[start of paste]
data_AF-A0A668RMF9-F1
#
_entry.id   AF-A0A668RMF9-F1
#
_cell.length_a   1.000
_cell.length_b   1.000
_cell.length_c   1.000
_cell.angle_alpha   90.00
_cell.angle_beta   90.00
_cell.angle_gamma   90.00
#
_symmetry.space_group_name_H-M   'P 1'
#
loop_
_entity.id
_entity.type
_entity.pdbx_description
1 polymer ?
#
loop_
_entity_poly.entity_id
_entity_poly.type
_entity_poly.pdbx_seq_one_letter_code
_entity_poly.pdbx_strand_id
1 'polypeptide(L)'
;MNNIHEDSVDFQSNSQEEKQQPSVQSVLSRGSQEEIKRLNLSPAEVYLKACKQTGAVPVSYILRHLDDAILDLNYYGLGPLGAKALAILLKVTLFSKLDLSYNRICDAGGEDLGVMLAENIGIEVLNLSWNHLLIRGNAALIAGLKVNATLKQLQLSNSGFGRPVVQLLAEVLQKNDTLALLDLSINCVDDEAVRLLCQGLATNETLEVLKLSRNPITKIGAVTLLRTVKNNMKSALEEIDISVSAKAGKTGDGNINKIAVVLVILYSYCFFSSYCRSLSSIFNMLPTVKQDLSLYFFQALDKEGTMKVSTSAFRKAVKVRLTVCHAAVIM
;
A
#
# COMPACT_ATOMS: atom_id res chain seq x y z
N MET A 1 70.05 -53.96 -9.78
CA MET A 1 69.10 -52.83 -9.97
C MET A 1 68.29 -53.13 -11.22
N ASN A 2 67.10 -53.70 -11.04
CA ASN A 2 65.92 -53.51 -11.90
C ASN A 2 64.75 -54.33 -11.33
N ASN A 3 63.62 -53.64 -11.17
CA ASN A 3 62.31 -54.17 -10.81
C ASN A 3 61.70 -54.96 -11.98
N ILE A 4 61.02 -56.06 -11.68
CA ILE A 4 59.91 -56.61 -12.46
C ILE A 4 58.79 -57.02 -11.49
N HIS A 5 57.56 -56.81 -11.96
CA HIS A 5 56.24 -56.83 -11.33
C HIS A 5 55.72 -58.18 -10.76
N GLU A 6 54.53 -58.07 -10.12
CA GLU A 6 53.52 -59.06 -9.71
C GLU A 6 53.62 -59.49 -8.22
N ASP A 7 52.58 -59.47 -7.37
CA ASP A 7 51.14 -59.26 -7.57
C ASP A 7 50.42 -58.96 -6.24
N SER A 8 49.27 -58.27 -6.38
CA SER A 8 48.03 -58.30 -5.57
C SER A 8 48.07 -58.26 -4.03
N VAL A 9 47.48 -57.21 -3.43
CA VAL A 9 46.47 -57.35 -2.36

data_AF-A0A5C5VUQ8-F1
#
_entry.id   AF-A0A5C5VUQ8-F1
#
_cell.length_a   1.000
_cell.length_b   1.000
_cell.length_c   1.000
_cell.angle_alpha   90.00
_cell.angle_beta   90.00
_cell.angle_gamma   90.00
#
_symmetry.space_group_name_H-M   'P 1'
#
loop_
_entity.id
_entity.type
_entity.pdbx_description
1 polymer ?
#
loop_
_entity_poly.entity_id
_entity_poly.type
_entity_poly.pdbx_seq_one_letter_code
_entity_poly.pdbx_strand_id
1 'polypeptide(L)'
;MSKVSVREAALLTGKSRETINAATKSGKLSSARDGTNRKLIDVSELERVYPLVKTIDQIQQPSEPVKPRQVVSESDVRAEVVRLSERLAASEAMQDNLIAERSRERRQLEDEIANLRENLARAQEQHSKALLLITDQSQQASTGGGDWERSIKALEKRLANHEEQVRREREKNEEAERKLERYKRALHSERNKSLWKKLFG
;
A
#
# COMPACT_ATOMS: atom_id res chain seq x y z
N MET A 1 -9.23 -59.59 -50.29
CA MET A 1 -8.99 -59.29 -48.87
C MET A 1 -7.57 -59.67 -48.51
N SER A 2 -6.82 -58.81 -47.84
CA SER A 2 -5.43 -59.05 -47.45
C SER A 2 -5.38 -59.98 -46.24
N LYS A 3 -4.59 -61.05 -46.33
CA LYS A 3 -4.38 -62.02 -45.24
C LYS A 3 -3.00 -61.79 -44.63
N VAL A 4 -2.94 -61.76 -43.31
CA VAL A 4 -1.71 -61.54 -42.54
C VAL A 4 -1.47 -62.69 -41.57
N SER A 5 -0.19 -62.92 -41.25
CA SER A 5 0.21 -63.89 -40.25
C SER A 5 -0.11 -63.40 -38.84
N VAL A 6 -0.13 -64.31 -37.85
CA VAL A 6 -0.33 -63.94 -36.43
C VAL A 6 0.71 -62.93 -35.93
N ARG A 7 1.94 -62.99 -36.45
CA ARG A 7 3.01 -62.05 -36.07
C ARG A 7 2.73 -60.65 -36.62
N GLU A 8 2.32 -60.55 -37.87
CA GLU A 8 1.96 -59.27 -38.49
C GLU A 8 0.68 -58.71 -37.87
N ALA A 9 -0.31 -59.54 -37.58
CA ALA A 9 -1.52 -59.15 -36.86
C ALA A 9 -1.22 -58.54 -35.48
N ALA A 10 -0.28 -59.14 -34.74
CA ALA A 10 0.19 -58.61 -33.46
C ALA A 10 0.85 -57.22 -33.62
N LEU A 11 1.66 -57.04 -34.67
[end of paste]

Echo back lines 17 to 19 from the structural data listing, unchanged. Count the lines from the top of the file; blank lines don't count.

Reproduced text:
_entity.pdbx_description
1 polymer ?
#